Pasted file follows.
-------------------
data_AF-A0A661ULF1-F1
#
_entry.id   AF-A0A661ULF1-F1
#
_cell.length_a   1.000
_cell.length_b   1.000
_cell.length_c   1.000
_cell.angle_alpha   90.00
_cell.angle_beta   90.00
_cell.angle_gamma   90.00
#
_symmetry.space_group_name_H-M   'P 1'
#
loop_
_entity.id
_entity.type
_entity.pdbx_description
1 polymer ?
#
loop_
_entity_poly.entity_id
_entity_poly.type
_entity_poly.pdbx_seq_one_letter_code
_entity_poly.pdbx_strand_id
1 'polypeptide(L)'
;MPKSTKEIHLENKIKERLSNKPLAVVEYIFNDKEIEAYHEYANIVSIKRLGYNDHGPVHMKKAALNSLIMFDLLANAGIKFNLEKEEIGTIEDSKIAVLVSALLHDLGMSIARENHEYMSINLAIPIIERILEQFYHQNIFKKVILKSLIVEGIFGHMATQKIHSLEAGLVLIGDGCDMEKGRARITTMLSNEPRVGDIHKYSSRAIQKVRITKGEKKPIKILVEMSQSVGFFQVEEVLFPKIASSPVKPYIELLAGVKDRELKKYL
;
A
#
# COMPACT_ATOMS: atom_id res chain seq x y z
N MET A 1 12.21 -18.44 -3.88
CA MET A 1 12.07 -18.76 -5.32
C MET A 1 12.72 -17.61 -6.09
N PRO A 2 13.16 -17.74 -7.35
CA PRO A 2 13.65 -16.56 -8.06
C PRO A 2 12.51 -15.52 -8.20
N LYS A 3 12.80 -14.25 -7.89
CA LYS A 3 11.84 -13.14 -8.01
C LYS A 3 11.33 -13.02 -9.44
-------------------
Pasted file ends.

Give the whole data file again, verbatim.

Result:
data_AF-A0A661ULF1-F1
#
_entry.id   AF-A0A661ULF1-F1
#
_cell.length_a   1.000
_cell.length_b   1.000
_cell.length_c   1.000
_cell.angle_alpha   90.00
_cell.angle_beta   90.00
_cell.angle_gamma   90.00
#
_symmetry.space_group_name_H-M   'P 1'
#
loop_
_entity.id
_entity.type
_entity.pdbx_description
1 polymer ?
#
loop_
_entity_poly.entity_id
_entity_poly.type
_entity_poly.pdbx_seq_one_letter_code
_entity_poly.pdbx_strand_id
1 'polypeptide(L)'
;MPKSTKEIHLENKIKERLSNKPLAVVEYIFNDKEIEAYHEYANIVSIKRLGYNDHGPVHMKKAALNSLIMFDLLANAGIKFNLEKEEIGTIEDSKIAVLVSALLHDLGMSIARENHEYMSINLAIPIIERILEQFYHQNIFKKVILKSLIVEGIFGHMATQKIHSLEAGLVLIGDGCDMEKGRARITTMLSNEPRVGDIHKYSSRAIQKVRITKGEKKPIKILVEMSQSVGFFQVEEVLFPKIASSPVKPYIELLAGVKDRELKKYL
;
A
#
# COMPACT_ATOMS: atom_id res chain seq x y z
N MET A 1 12.21 -18.44 -3.88
CA MET A 1 12.07 -18.76 -5.32
C MET A 1 12.72 -17.61 -6.09
N PRO A 2 13.16 -17.74 -7.35
CA PRO A 2 13.65 -16.56 -8.06
C PRO A 2 12.51 -15.52 -8.20
N LYS A 3 12.80 -14.25 -7.89
CA LYS A 3 11.84 -13.14 -8.01
C LYS A 3 11.33 -13.02 -9.44